Traditional economics doesn’t pay much attention to the impact of physiological state on economic decision-making, but the studies of physiological psychology and neuro-economics have found that physiological clues such as metabolism and hormone level can directly affect individual’s preference and choice in decision-making [9]. The dynamic adjustment of risk preference depends on three aspects: metabolic status, energy reserve and uptake rate. That the energy uptake rate is lower than the reference point will lead to greater risk seeking for the individual. However, that the energy uptake rate is higher than the reference point will lead to greater risk aversion [10]. The role of psychological factors in economic behaviour is shown in Figure 6.

As shown in Figure 6, the metabolic reference point is usually the uptake rate required for reaching the survival threshold. When the uptake rate is lower than the threshold, the probability of starvation will increase to promote the behaviour of risk seeking. 200 lottery tickets of different risk levels are presented to the subjects for selection. At the same time, the levels of leptin and ghrelin are measured. It is found that the change of risk preference is positively correlated with the baseline levels of leptin and ghrelin in individuals [11].

4.2 The Acquisition and Application of Behavioral Research Results and Methods in Economic Psychology

When people make decisions by using physical information, they are sometimes aware of the existence of these information clues, but sometimes they are not. According to the above mapping method of the regulatory effect, the regulatory effect of trust to behaviour on the relationship between behaviour mobilization behaviour and expectation of change prospect is shown in Table 3. It shows that when the trust of behaviour is at a high level, the behaviour mobilization behaviour has a more positive effect on the expectation of change prospect.

The model MD0 and the model MD1 in Table 3 examine whether the trust to behaviour regulates the positive relationship between the behaviour mobilization behaviour and the change atmosphere perception by taking the change atmosphere perception as a dependent variable. Model MD0 (F = 27.67, P < 0.001) and MD1 (F = 31.71, P < 0.001) have significant explanatory power. In model MD0, the behaviour mobilization behaviour has a significant positive effect on the change atmosphere perception (β = 0.37, P < 0.001), which supports the hypothesis H6. The interaction items of behaviour mobilization behaviour and trust behaviour are added to model MD1, which increases the R–square of the model by 0.06 (P < 0.05). The regression coefficient of the interaction items is significantly positive (β = 0.14, P < 0.05).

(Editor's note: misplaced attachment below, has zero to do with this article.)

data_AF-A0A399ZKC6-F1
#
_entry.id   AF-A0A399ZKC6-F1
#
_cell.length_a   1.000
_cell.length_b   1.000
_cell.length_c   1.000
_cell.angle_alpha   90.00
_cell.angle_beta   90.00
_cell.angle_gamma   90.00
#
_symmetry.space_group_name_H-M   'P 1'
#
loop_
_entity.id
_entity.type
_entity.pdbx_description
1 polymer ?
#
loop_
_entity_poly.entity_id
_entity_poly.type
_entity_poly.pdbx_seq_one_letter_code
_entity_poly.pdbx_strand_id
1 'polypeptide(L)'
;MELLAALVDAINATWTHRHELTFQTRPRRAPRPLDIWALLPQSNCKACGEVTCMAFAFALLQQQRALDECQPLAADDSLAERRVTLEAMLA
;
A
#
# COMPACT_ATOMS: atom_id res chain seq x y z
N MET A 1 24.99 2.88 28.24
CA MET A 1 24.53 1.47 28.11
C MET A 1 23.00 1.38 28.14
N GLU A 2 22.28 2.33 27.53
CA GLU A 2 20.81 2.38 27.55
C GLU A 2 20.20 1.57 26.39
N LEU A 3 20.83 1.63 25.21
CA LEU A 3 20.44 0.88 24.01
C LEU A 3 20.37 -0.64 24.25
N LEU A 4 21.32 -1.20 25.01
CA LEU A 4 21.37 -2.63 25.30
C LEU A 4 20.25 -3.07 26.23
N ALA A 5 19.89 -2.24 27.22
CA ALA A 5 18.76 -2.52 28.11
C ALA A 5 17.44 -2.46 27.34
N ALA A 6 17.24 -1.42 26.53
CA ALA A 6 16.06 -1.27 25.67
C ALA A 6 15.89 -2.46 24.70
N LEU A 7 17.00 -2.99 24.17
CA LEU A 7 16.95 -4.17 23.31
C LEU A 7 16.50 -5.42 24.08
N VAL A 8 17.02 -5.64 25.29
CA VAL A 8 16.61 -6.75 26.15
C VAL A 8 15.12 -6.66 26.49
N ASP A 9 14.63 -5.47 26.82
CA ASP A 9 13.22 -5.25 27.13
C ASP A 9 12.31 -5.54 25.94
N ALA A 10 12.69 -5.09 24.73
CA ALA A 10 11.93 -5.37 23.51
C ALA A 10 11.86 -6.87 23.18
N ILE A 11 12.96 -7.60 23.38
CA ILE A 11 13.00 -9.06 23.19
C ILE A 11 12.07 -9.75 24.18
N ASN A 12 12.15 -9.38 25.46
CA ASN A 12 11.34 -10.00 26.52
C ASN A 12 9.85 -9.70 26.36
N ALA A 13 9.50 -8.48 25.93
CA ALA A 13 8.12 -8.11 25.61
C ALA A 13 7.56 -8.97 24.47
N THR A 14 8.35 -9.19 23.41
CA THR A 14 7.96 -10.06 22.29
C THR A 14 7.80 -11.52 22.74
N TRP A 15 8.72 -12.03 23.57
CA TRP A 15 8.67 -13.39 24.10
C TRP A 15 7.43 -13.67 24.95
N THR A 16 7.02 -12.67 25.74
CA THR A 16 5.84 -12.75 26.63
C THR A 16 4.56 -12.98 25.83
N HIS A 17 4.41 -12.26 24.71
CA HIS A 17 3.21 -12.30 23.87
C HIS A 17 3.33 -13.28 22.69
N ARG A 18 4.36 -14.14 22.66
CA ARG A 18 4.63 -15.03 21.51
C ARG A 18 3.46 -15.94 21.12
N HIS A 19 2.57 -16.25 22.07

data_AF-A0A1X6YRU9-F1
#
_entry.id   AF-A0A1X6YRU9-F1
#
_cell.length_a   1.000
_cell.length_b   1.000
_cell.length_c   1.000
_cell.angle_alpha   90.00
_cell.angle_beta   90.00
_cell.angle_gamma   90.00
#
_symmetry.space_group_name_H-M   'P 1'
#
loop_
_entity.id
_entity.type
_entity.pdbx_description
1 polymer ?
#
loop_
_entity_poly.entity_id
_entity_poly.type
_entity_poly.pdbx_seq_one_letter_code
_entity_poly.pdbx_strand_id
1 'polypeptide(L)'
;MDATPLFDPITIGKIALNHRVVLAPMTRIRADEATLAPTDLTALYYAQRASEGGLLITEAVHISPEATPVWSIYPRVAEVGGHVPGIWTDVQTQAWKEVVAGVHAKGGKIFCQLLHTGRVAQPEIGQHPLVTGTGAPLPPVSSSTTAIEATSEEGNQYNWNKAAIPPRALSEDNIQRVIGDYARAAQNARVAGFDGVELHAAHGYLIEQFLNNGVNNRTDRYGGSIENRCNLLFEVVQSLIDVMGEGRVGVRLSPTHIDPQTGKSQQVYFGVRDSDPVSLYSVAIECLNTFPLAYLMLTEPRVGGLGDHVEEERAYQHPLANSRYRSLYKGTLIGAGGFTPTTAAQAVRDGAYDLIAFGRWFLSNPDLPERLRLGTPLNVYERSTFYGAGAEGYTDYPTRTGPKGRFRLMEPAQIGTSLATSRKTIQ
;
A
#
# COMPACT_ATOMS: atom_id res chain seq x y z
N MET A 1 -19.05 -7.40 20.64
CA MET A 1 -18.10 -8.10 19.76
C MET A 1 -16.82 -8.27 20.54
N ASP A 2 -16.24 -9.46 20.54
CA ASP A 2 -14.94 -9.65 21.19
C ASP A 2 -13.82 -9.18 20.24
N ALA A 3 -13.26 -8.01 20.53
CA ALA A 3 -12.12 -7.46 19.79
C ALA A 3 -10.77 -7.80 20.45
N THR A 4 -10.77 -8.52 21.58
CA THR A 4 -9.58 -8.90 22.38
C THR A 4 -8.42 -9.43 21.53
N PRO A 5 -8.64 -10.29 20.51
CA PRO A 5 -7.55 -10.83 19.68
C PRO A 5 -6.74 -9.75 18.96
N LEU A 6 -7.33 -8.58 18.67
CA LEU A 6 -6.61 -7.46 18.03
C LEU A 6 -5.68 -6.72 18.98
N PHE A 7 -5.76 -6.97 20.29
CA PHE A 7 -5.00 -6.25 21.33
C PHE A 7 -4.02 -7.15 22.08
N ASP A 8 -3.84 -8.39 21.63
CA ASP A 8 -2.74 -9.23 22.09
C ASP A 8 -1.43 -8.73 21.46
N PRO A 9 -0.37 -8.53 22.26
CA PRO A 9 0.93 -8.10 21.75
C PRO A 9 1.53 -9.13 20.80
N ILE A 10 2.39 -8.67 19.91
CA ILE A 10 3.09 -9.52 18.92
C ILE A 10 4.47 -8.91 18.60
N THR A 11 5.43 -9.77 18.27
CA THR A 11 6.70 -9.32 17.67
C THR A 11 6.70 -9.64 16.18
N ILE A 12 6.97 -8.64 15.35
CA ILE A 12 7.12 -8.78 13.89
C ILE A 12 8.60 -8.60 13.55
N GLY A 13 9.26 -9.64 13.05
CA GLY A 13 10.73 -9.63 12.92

Table 3

Adjustment effect test result

5 Conclusions

A large number of studies and theories of economic psychology and behaviour need to be sorted out and integrated. Although lots of studies have proved the impact of somatization factor on economic behaviour such as preference, judgment, valuation, consumption, decision-making and risk perception, and a series of new theories with domain characteristics have formed, the researches on decision-making and judgment in behavioural economics make the boundary between psychology and economics become fuzzy. Neuro-economics makes people begin to pay attention to the connections between the neurobiological basics of economic behaviour. Besides, we may realize that initiating paradigm researches may have problems. Many behavioural studies of economic psychology and behaviour basically adopt the initiating paradigm. If the expanded scope of economic science is not recognized or if people don’t actually apply this knowledge, it is possible to initiate different symbolic representations or metaphors for the same body clues even if different modes of thinking under different cultures. Taking the touch study as an example, numerous studies have found that touch can lead to more generous economic behaviour.

Role of psychological factors in economic behaviour
Figure 7

Role of psychological factors in economic behaviour

Acknowledgment

Philosophy and Social Sciences 13th five-year plan co-construction project of Guangdong province: analysis on the development path of guangdong’s foreign trade “supply-side reform” (Project No.: GD16XYJ30); The development of Joint Philosophy and Social Science13th five-year plan of guangzho in 2017: Study on resource allocation and innovation driving path of guangzhou foreign trade enterprises from the perspective of supply-side structural reform (Project No.: 2017GZGJ20); Characteristic key subject of International trade.

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About the article

Received: 2018-12-06

Accepted: 2019-01-28

Published Online: 2019-05-21


Citation Information: Translational Neuroscience, Volume 10, Issue 1, Pages 87–92, ISSN (Online) 2081-6936, DOI: https://doi.org/10.1515/tnsci-2019-0015.

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© 2019 Yucong You, published by De Gruyter. This work is licensed under the Creative Commons Attribution 4.0 Public License. BY 4.0